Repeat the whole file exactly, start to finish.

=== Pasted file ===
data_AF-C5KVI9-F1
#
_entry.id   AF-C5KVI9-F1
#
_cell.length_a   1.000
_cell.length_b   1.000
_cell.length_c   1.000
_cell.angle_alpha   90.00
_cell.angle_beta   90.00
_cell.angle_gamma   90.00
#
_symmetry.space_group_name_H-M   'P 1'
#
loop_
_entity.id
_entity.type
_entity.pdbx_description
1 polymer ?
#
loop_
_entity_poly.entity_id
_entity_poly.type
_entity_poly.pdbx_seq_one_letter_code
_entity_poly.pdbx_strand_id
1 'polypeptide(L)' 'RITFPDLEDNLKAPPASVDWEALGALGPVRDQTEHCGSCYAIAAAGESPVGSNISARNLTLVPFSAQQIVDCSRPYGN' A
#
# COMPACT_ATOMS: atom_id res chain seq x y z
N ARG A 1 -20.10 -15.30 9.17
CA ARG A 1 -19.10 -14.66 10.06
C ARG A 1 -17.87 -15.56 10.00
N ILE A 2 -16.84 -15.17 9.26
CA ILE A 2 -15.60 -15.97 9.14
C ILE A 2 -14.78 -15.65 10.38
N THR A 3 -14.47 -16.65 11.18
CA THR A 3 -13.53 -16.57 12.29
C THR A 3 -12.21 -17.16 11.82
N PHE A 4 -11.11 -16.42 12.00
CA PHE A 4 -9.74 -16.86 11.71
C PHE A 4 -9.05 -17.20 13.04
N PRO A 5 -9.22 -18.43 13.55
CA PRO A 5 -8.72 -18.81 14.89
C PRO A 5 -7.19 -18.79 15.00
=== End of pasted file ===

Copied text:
data_AF-C5KVI9-F1
#
_entry.id   AF-C5KVI9-F1
#
_cell.length_a   1.000
_cell.length_b   1.000
_cell.length_c   1.000
_cell.angle_alpha   90.00
_cell.angle_beta   90.00
_cell.angle_gamma   90.00
#
_symmetry.space_group_name_H-M   'P 1'
#
loop_
_entity.id
_entity.type
_entity.pdbx_description
1 polymer ?
#
loop_
_entity_poly.entity_id
_entity_poly.type
_entity_poly.pdbx_seq_one_letter_code
_entity_poly.pdbx_strand_id
1 'polypeptide(L)' 'RITFPDLEDNLKAPPASVDWEALGALGPVRDQTEHCGSCYAIAAAGESPVGSNISARNLTLVPFSAQQIVDCSRPYGN' A
#
# COMPACT_ATOMS: atom_id res chain seq x y z
N ARG A 1 -20.10 -15.30 9.17
CA ARG A 1 -19.10 -14.66 10.06
C ARG A 1 -17.87 -15.56 10.00
N ILE A 2 -16.84 -15.17 9.26
CA ILE A 2 -15.60 -15.97 9.14
C ILE A 2 -14.78 -15.65 10.38
N THR A 3 -14.47 -16.65 11.18
CA THR A 3 -13.53 -16.57 12.29
C THR A 3 -12.21 -17.16 11.82
N PHE A 4 -11.11 -16.42 12.00
CA PHE A 4 -9.74 -16.86 11.71
C PHE A 4 -9.05 -17.20 13.04
N PRO A 5 -9.22 -18.43 13.55
CA PRO A 5 -8.72 -18.81 14.89
C PRO A 5 -7.19 -18.79 15.00